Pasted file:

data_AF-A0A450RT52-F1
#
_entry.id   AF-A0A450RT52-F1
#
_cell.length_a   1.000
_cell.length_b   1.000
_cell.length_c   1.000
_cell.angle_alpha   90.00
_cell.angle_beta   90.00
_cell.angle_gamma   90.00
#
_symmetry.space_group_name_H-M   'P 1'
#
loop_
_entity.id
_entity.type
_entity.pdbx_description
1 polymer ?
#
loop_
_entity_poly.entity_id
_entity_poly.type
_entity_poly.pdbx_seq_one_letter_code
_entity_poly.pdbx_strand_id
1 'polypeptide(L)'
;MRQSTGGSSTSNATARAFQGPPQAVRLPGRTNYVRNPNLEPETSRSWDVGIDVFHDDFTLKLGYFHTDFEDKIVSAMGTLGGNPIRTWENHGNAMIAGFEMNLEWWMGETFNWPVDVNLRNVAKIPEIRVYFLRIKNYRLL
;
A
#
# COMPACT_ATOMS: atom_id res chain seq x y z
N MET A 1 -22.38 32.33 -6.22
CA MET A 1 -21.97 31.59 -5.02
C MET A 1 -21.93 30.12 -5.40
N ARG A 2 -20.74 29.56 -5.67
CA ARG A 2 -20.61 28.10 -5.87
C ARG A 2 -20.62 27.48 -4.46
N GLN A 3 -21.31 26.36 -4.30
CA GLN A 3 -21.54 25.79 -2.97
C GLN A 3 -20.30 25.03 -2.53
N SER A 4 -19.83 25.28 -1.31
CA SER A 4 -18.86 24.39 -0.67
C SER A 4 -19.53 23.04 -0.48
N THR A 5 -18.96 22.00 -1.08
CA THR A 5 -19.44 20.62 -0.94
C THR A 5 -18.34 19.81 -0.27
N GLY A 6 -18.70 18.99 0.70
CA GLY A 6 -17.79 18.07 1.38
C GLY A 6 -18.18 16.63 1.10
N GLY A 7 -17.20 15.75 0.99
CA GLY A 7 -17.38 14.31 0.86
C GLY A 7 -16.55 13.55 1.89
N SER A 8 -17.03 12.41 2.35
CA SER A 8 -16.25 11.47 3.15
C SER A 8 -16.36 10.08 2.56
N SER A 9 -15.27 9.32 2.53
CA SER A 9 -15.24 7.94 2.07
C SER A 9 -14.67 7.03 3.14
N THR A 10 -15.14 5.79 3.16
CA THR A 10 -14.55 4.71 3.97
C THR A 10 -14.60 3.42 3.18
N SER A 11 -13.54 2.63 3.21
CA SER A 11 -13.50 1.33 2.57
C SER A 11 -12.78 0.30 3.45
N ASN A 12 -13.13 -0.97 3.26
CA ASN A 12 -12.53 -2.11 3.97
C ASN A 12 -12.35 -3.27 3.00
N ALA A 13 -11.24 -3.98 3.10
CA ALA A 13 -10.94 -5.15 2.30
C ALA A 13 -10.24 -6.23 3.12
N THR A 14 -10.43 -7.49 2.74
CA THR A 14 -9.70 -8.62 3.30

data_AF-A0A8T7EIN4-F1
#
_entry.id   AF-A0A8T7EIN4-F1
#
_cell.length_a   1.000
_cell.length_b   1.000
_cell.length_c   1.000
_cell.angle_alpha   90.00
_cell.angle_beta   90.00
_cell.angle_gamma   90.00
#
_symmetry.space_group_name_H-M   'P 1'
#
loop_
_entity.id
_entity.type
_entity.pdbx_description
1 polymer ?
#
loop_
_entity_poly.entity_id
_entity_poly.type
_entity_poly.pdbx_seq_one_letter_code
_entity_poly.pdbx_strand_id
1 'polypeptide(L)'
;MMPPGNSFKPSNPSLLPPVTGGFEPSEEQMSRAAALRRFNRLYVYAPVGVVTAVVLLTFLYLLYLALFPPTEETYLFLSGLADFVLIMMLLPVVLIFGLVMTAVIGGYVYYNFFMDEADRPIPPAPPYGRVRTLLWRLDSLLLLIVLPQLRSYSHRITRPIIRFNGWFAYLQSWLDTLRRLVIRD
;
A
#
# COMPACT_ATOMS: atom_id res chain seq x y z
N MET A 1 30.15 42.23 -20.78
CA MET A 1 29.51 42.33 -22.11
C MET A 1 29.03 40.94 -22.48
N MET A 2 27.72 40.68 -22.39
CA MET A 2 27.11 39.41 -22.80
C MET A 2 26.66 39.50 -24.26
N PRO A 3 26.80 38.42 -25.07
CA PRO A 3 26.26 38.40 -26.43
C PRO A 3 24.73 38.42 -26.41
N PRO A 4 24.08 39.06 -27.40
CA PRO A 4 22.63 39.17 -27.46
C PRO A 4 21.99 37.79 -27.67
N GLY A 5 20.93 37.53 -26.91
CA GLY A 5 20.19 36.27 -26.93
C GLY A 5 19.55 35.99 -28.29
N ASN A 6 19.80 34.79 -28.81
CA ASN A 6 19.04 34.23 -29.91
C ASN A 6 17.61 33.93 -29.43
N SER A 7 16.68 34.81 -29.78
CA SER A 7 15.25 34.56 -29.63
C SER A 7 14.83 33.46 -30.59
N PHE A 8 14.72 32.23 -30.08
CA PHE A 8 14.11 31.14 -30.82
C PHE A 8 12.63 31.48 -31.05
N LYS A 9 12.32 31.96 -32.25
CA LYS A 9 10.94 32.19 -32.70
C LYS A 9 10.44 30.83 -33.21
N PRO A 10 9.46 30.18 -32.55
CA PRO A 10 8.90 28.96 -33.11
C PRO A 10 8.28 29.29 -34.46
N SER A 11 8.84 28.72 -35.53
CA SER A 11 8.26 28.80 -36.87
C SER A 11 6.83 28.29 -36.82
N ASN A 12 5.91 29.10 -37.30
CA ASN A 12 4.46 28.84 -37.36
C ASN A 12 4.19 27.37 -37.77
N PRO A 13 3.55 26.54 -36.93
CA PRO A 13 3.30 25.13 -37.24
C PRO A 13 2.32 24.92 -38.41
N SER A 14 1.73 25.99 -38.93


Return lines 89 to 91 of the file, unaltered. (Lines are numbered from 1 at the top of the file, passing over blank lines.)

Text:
1 polymer ?
#
loop_